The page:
Satdee night highlights included The Notwist and WhoMadeWho. I had vaguely appreciated the latter’s driving indie beats previously, but on stage these smartly-dressed Scandinavian firecrackers radiate a plain old-fashioned enjoyment which is infectious. Extracting energy from my sun-battered body at that stage of the evening was no mean feat, but Jeppe, Tomas and Tomas carried me, and for this I thank them with a special mention.

I must now admit that my Saturday night lowlight was Four Tet. I swallowed my inner pop-mongerer and dismissed the prospect of Metronomy in favour of the connoisseur’s choice. Frankly I would have much preferred to yell out city names to ‘The Bay’ than nod along knowledgeably to the curly-haired Londoner’s sophisticated house set. Adorable though he is, his experimental and meandering live approach just didn’t match up with the laywoman’s expectations of a festival set. Maybe I hadn’t consumed the right substances beforehand. Maybe the slippery sandy slope underfoot made me concentrate more on standing up than the prodigal display before me. Maybe I’m just not cool enough.

By Sunday, the tents had been abandoned in favour of sleeping lakeside. We watched the sun rise as Alle Farben’s 4-7am set resonated across from the quarry. We repeatedly hit ourselves in the face as the spiders tried to get cosy alongside us. It was pretty special, all in all.

We panted through a final day of sweat and sunshine, and our reward was an absolute powerhouse of a Sunday night line-up – the sith lord (synth lord?) SOHN, a laser-happy Moderat, an introspective Portishead, and finally Bombay Bicycle Club, the one act of the weekend my sister had heard of (I should mention at this point that my trip to Melt was thinly disguised as a 21st birthday present for her, in order to avoid eternal family berating for swanning off to German Technoland during this Big Life Event. So she just had to come with).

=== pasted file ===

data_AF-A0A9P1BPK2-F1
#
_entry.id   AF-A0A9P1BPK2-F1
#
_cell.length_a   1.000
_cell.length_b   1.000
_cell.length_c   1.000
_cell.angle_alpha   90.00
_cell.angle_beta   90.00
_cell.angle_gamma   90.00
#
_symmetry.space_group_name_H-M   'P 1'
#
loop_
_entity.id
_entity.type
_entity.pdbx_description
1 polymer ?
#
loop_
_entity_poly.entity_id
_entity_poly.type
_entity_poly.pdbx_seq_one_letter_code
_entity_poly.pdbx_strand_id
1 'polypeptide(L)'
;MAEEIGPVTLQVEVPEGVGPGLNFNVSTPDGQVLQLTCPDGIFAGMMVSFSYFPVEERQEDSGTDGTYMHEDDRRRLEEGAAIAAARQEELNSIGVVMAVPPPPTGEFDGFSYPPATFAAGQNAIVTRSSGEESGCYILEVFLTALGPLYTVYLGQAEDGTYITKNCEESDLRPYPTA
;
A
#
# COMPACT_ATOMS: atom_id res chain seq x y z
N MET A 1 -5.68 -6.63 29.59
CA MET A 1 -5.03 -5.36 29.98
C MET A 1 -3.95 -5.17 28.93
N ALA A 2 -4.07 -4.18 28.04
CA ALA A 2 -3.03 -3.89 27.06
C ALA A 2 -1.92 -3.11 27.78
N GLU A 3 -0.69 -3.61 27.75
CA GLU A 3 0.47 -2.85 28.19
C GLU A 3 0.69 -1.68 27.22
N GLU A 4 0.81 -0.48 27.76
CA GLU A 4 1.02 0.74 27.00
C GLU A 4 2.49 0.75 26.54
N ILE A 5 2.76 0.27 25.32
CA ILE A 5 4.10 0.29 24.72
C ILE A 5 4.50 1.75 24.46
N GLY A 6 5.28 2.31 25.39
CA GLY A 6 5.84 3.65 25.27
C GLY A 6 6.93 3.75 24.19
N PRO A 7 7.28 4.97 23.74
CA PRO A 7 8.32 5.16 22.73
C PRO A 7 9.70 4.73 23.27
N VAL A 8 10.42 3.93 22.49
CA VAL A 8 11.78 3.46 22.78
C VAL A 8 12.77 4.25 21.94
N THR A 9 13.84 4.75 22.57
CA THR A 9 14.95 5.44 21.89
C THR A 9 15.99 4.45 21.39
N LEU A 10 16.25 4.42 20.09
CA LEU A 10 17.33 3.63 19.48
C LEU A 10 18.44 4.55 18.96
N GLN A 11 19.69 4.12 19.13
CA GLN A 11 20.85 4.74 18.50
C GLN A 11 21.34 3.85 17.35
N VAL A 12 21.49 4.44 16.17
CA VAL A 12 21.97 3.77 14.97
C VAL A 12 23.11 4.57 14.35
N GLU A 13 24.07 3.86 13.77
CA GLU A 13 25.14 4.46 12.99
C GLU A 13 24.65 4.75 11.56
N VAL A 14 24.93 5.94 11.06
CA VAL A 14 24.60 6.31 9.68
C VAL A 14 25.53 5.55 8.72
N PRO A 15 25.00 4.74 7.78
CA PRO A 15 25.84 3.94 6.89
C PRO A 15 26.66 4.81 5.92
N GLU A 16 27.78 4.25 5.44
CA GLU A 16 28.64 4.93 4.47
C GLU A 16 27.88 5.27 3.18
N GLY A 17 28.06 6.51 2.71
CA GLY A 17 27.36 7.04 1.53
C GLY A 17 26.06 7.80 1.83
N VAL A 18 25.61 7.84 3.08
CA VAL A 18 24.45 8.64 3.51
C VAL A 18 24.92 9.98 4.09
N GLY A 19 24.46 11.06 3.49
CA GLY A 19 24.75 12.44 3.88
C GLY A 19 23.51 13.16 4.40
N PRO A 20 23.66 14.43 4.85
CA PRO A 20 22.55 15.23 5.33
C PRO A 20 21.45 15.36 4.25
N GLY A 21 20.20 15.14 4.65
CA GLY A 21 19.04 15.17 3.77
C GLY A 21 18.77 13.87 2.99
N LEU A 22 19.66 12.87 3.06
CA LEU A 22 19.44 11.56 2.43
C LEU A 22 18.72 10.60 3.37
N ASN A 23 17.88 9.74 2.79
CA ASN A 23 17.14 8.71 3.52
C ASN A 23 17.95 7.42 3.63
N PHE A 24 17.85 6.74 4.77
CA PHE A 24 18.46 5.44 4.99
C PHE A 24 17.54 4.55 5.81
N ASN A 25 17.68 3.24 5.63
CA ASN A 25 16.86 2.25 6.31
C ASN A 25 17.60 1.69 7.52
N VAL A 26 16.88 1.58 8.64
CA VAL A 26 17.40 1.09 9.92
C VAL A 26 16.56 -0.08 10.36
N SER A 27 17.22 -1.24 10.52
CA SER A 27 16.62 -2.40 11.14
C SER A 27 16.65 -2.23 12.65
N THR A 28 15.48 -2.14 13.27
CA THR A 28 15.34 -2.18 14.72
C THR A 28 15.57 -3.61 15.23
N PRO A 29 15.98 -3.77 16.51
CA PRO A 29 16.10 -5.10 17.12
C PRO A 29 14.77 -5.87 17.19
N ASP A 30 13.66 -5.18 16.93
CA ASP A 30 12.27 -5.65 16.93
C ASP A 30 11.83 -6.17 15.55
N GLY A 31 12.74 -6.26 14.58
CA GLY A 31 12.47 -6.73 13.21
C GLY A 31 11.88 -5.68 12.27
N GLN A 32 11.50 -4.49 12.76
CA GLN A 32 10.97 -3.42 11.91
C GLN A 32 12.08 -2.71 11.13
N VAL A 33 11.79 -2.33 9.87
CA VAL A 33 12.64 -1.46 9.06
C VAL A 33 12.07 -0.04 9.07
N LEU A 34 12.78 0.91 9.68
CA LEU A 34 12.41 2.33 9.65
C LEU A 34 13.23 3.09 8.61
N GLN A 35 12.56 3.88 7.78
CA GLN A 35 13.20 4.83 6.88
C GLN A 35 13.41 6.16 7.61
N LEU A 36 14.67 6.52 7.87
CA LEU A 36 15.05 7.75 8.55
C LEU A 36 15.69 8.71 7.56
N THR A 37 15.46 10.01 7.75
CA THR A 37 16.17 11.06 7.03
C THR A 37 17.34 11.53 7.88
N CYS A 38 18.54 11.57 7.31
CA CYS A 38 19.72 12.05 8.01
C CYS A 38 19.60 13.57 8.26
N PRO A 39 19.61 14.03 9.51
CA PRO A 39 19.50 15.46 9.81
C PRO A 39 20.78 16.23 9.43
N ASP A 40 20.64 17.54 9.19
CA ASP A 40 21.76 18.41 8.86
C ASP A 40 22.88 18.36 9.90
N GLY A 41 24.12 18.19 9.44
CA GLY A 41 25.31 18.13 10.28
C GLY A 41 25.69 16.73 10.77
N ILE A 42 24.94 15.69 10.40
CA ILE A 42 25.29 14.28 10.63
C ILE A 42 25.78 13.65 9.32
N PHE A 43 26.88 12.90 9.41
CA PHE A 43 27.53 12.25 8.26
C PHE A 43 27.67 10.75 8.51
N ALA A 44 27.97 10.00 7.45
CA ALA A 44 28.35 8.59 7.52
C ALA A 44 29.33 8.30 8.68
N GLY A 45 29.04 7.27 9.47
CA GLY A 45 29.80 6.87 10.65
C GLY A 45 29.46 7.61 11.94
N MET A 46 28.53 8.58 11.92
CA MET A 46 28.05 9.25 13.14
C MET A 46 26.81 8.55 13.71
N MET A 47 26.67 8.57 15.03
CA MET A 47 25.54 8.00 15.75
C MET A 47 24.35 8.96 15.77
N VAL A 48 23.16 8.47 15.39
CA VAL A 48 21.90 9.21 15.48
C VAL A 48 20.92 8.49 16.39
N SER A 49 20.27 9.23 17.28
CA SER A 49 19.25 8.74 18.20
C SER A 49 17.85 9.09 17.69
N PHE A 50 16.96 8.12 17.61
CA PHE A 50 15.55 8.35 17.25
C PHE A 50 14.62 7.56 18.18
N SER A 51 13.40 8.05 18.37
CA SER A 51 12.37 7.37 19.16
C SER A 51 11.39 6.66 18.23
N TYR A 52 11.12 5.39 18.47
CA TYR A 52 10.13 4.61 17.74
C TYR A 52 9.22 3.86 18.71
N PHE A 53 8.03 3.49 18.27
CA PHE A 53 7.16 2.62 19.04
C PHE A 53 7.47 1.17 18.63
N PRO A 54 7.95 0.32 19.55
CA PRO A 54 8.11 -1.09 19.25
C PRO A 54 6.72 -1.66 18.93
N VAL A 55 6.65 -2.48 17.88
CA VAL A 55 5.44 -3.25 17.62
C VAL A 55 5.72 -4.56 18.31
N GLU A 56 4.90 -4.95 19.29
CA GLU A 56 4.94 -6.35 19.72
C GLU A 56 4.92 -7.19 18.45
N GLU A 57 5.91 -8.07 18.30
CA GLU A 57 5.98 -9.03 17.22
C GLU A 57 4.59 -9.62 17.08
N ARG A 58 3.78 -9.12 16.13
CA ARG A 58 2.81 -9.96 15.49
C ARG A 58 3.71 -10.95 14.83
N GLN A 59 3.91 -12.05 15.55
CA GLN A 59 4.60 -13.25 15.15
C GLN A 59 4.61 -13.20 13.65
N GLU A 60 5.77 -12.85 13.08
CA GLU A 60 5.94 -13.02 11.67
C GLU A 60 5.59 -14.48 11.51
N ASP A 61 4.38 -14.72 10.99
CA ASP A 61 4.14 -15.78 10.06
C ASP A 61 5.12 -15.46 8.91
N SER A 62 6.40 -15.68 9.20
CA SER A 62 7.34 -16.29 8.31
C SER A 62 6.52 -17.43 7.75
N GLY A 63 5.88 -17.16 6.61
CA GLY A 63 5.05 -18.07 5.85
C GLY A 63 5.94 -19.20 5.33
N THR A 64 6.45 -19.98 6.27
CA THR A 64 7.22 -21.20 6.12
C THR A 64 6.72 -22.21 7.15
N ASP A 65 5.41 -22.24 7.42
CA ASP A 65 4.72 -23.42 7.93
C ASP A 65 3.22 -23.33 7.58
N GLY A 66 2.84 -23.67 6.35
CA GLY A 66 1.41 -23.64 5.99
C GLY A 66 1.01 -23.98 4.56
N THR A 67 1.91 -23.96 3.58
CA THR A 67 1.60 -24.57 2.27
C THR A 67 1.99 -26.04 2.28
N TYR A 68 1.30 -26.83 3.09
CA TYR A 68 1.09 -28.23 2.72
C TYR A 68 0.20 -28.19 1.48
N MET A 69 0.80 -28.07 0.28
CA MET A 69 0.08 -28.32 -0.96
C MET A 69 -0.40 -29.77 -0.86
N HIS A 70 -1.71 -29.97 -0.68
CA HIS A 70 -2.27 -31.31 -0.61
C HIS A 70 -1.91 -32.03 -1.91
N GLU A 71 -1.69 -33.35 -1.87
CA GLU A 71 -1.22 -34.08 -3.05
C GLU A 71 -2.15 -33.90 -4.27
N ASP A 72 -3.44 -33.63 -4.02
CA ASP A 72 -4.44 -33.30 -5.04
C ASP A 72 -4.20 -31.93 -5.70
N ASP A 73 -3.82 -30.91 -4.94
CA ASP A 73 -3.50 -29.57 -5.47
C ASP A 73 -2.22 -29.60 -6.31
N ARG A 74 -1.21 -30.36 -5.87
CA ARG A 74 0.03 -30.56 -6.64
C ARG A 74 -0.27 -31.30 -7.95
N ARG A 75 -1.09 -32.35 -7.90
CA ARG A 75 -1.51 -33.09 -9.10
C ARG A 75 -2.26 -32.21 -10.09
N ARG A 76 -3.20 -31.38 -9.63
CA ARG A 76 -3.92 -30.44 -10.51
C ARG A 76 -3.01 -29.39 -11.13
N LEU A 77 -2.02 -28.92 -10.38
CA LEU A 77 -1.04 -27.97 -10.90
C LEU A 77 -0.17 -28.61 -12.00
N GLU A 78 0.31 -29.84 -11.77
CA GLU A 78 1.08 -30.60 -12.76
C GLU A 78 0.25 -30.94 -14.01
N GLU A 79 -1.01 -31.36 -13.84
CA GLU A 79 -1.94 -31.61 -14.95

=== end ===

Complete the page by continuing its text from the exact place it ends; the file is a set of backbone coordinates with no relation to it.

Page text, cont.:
The above depicts a very decent music festival, albeit one which really can really be found anywhere in the world this summer. But my favourite Melt Moment – feel as if this hashtag leads to a Cadbury marketing campaign? – brings this festival firmly back to its central European roots: Bilderbuch. This poppy rock band from Vienna were a tip-off for us ignorant Brits from a German friend whose band toured with them back in 2012. Their set was an anomaly in between the otherwise ubiquitous on-trend electro, and the crowd guzzled it. And only a Germanic crowd knows how to receive the song ‘Softdrink’, with the chorus ‘Coca Cola, Fanta, Sprite, 7Up, Lemonade. Alright, alright, alright, OK’ with such unbridled joy. I don’t know if I’d ever buy their CD, but for ‘sheer entertainment value’, for frontman swagger and for electric guitar solos played behind one’s head, Bilderbuch had no rival at Melt. If they ever come to London, you’re all invited.

Words: Emma Hall
Photo: Grant Price